5. Market research: Copper prices can fluctuate greatly. Keep up to date with current market prices to know the best time to sell. Online platforms, scrap yards and dealers can help you find out the current prices.

How do I recognize copper?

The reddish copper is a soft, non-magnetic heavy metal. Copper reacts with the oxygen in the air and then turns a bluish-green color. This patina protects copper from further corrosion.

Where is copper used?

Due to its very good thermal and electrical conductivity, copper is one of the most sought-after raw materials worldwide.

Copper is primarily used in electrical engineering to produce power cables and broadband network cables.

Another important place of use for the raw material copper is the construction industry. Because copper forms a protective layer over time through oxidation that protects against further corrosion, it is very durable. This makes copper the ideal material for pipes and gutters.

In addition to industry, copper is also used in art. For example, the world famous statue of Liberty encased in copper in New York.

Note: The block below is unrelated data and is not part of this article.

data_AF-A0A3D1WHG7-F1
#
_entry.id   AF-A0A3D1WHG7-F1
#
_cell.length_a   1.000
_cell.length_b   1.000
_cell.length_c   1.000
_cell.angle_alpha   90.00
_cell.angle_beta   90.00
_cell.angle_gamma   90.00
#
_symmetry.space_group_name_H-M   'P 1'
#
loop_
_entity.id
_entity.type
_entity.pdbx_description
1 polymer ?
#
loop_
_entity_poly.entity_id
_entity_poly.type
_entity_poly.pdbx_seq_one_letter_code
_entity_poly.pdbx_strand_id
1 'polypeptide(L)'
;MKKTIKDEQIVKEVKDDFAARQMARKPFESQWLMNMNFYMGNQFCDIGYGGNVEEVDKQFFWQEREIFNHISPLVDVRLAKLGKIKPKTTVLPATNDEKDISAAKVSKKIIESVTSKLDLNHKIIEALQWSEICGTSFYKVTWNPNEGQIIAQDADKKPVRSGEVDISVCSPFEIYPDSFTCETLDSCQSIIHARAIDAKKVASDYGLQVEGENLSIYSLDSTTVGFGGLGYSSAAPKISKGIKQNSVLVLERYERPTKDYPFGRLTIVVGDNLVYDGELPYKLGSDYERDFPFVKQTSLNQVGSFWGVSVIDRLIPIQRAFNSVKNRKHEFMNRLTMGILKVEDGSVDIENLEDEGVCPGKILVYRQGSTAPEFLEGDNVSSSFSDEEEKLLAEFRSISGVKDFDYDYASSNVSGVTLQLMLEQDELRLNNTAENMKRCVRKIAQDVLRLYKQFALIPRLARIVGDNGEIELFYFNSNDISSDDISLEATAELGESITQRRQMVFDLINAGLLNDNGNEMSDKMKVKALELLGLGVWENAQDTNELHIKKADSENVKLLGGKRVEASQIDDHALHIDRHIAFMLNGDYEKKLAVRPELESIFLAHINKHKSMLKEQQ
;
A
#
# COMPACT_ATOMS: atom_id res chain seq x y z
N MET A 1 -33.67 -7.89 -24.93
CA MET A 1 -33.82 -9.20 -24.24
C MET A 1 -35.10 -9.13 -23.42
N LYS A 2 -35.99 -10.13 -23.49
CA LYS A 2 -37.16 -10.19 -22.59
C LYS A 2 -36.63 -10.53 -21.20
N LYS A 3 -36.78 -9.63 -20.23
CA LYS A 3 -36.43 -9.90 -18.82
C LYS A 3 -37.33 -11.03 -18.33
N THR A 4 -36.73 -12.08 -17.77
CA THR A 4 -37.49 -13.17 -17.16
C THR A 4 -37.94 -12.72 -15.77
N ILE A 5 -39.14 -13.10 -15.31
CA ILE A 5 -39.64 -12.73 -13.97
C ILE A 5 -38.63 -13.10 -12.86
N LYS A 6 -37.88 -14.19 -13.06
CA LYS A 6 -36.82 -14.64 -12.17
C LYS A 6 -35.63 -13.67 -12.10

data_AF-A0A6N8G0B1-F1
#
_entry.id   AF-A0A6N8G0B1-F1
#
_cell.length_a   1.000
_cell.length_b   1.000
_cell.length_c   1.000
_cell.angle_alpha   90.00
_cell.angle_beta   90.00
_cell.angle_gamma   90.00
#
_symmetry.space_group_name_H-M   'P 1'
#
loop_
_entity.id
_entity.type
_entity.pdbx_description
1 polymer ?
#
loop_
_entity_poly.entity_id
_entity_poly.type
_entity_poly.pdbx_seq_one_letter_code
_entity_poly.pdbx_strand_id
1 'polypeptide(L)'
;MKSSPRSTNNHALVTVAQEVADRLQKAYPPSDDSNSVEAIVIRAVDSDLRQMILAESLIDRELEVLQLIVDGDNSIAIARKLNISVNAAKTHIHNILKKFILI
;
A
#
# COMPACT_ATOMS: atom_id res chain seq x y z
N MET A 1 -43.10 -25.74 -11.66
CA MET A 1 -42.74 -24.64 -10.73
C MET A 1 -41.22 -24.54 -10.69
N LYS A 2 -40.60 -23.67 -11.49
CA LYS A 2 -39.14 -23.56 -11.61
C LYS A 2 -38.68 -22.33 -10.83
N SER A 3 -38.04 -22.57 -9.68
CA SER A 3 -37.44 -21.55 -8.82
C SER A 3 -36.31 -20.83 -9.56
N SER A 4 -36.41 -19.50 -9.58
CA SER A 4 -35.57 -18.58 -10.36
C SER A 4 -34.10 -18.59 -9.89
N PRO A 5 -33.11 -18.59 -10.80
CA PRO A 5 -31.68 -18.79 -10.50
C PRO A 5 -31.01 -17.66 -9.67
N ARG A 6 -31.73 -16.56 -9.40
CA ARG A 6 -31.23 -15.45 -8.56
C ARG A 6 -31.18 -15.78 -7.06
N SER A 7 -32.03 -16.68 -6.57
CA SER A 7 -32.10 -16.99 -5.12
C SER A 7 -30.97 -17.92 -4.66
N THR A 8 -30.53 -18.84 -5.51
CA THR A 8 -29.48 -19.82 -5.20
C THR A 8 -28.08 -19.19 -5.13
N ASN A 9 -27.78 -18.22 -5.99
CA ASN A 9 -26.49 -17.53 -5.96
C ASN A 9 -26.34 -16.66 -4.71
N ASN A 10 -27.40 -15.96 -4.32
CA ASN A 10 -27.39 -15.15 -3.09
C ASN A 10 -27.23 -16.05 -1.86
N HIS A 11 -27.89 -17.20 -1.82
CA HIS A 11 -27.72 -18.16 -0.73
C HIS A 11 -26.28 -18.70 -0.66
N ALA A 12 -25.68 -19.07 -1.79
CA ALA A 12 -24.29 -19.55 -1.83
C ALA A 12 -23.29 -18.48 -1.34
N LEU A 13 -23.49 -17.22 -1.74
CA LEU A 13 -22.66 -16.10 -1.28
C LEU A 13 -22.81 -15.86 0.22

How do I get the best price for copper from a scrap dealer?

1. Regularly monitor the price of copper because, as an exchange-traded commodity, it is subject to daily fluctuations. Sell at a time when the price of copper is high.

2. Get multiple comparative offers. You can sell copper both online and at a local scrap dealer. If you only want to sell small quantities of copper, small scrap dealers often pay better prices than wholesalers.

3. Since the price of copper depends on the quantity sold, it is worthwhile for companies and scrap collectors to wait until a large amount of copper scrap has accumulated. However, any storage costs must also be taken into account.

4. Some scrap dealers pay for copper scrap not only by weight, but also by quantity. This pricing can be interesting for smaller quantities.

5. Sort your copper scrap according to the above Categories and remove as much foreign matter as possible, such as insulation. This allows you to increase the price of copper.